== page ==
Getting Back to Work: BOMA International Provides Guidance for Preparing Commercial Buildings for Re-Entry Amid COVID-19

June 15, 2020 • Patricia M. Areno, CAE

BOMA International has published a new guidance document addressing considerations for commercial building re-entry efforts during the COVID-19 pandemic. Getting Back to Work: Preparing Buildings for Re-Entry Amid COVID-19 provides a framework for preparing commercial properties for the safe return of tenants, additional building personnel, visitors, vendors and contractors and identifies operational and safety procedures and protocols that should be implemented, updated or enhanced to prepare for operations in a post-COVID-19 world

As jurisdictions across the United States and around the world began preparing for a phased approach to commercial building re-entry in the coming months, BOMA International assembled a task force to help owners and managers address potential building operations and workforce considerations. The resulting guidance document offers suggested best practices and procedures and identifies questions and issues that commercial building owners and managers should consider as they develop their own property or portfolio plans. Some of the major areas of building operations and management it addresses follow.

Planning and Preparation

The best time to prepare for building re-entry is well before stay-at-home orders and other restrictions are lifted. Assemble a planning team that includes representatives from all facets of the building team; consult with federal, state, local and regulatory guidelines and, as needed, legal counsel and risk managers; and communicate with tenants, vendors and contractors regularly as plans evolve. Expect changes and update your plans as needed, including a possible “re-exit” plan should the virus resurge later this year.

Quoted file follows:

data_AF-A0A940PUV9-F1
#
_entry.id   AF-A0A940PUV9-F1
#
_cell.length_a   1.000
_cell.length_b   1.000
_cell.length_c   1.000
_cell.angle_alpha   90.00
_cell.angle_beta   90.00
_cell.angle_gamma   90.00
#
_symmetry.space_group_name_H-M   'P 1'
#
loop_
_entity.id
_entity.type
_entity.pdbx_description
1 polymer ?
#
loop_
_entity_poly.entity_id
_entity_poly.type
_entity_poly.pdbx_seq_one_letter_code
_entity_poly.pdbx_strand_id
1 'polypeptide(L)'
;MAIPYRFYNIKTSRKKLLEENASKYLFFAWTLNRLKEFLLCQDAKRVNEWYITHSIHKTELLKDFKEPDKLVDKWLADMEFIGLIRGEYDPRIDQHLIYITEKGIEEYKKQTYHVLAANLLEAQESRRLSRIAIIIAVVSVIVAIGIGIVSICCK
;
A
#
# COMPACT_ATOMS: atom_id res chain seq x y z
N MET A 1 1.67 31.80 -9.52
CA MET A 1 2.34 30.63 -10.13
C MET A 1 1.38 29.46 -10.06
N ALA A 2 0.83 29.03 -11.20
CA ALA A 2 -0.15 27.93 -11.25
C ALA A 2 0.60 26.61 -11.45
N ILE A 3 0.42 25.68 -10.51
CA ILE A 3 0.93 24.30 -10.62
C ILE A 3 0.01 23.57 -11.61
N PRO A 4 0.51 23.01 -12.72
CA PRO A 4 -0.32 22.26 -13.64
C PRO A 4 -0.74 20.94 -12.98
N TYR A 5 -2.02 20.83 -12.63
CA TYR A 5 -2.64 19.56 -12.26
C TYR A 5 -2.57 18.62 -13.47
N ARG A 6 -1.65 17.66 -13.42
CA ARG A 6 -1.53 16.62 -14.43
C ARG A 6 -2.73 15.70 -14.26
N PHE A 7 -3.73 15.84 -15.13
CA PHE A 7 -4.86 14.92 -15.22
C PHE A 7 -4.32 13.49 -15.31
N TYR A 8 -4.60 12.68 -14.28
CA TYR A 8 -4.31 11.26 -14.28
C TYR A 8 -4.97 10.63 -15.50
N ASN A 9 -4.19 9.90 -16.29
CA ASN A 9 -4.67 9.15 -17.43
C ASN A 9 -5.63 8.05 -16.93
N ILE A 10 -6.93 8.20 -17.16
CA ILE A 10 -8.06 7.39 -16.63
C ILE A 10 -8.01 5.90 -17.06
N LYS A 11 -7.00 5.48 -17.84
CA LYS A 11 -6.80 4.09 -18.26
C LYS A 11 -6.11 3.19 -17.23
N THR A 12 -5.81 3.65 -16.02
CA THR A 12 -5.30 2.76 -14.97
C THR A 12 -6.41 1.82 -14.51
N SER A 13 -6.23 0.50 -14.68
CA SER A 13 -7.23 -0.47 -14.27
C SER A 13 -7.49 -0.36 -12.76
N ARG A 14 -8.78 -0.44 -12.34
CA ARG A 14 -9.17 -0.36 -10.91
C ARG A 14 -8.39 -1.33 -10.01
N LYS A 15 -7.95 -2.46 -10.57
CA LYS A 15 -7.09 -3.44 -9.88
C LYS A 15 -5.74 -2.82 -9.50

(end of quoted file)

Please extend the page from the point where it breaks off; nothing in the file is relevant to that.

Social Distancing, Personal Protective Equipment (PPE) and Signage

First and foremost, building personnel and service providers should follow U.S. Centers for Disease Control and Prevention (CDC) or similar guidelines to maintain social distancing and observe federal, state and local mandates or recommendations for wearing face masks, coverings or other personal protective equipment (PPE). Advise tenants of any building requirements and recommendations, including possible staggered work hours or days, smaller or virtual meetings and restrictions on building guests and visitors. Provide signage and posters throughout the building about such topics as social distancing, handwashing and use of face coverings near elevators, entrances and exits, as well as near amenity spaces, to clearly convey new rules and procedures.

Common Areas and Amenity Spaces

If possible, remove furniture from building lobbies and consider closing or limiting access to amenity spaces, such as fitness areas, conference rooms, retail and restaurants, for at least 30 days following re-entry or follow state and local guidelines and mandates. Once open, provide hand sanitizer, wipe stations and trash containers in lobbies, elevator lobbies, mailrooms, parking facilities, fitness rooms and other common areas, as well as near entrances, restrooms, retail spaces and restaurants.

Elevator Use and Occupancy

Depending on the number of elevators in the building, cab dimensions, number of building floors and daily number of riders, consider strategies to reinforce social distancing in elevator lobbies and elevator cabs, such as limiting elevator occupancy. If possible, open stairwells to ease elevator traffic and wait times and plan for more frequent and more thorough cleaning and disinfecting of elevators, as well as stairwells and handrails in response to increased stair traffic

Security and Building Access

Limit access points to the building, with one entrance and one exit if possible. Create visitor areas at lobby desks with separate paths for “in” and “out.” Position security or other personnel at entry points; clearly define their duties and roles; and implement social distancing protocols at security and lobby desks to protect personnel. If possible, require tenants to meet and escort visitors or report them in advance using a visitor management system through preregistration and check-in to minimize interaction with the security team. Develop delivery protocols in cooperation with tenants to accommodate delivery security preferences.